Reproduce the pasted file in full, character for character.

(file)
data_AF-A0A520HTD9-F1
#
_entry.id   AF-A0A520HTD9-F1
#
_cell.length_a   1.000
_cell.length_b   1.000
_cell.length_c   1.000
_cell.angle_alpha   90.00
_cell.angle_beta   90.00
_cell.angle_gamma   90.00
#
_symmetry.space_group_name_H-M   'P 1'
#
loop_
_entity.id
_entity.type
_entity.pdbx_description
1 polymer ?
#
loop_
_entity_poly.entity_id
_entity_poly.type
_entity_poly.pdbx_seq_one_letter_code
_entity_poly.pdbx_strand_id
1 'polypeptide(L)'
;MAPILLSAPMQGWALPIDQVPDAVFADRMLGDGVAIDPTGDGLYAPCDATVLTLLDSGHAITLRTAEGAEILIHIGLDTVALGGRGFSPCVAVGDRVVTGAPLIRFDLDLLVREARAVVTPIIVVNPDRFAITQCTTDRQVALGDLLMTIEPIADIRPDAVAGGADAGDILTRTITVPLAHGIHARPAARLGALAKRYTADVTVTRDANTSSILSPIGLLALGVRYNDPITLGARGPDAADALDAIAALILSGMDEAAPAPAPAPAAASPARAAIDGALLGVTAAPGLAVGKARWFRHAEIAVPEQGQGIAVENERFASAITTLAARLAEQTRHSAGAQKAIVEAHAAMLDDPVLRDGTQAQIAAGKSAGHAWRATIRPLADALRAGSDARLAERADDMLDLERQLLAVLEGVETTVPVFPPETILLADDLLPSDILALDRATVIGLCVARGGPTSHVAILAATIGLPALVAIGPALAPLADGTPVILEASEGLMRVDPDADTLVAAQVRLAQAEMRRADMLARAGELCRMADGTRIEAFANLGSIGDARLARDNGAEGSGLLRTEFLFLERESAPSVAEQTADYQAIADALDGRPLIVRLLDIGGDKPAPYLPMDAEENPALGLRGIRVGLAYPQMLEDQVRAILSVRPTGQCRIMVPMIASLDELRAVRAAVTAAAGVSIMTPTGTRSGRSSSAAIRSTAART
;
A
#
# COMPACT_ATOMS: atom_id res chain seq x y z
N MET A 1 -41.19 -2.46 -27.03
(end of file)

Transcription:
data_AF-A0A520HTD9-F1
#
_entry.id   AF-A0A520HTD9-F1
#
_cell.length_a   1.000
_cell.length_b   1.000
_cell.length_c   1.000
_cell.angle_alpha   90.00
_cell.angle_beta   90.00
_cell.angle_gamma   90.00
#
_symmetry.space_group_name_H-M   'P 1'
#
loop_
_entity.id
_entity.type
_entity.pdbx_description
1 polymer ?
#
loop_
_entity_poly.entity_id
_entity_poly.type
_entity_poly.pdbx_seq_one_letter_code
_entity_poly.pdbx_strand_id
1 'polypeptide(L)'
;MAPILLSAPMQGWALPIDQVPDAVFADRMLGDGVAIDPTGDGLYAPCDATVLTLLDSGHAITLRTAEGAEILIHIGLDTVALGGRGFSPCVAVGDRVVTGAPLIRFDLDLLVREARAVVTPIIVVNPDRFAITQCTTDRQVALGDLLMTIEPIADIRPDAVAGGADAGDILTRTITVPLAHGIHARPAARLGALAKRYTADVTVTRDANTSSILSPIGLLALGVRYNDPITLGARGPDAADALDAIAALILSGMDEAAPAPAPAPAAASPARAAIDGALLGVTAAPGLAVGKARWFRHAEIAVPEQGQGIAVENERFASAITTLAARLAEQTRHSAGAQKAIVEAHAAMLDDPVLRDGTQAQIAAGKSAGHAWRATIRPLADALRAGSDARLAERADDMLDLERQLLAVLEGVETTVPVFPPETILLADDLLPSDILALDRATVIGLCVARGGPTSHVAILAATIGLPALVAIGPALAPLADGTPVILEASEGLMRVDPDADTLVAAQVRLAQAEMRRADMLARAGELCRMADGTRIEAFANLGSIGDARLARDNGAEGSGLLRTEFLFLERESAPSVAEQTADYQAIADALDGRPLIVRLLDIGGDKPAPYLPMDAEENPALGLRGIRVGLAYPQMLEDQVRAILSVRPTGQCRIMVPMIASLDELRAVRAAVTAAAGVSIMTPTGTRSGRSSSAAIRSTAART
;
A
#
# COMPACT_ATOMS: atom_id res chain seq x y z
N MET A 1 -41.19 -2.46 -27.03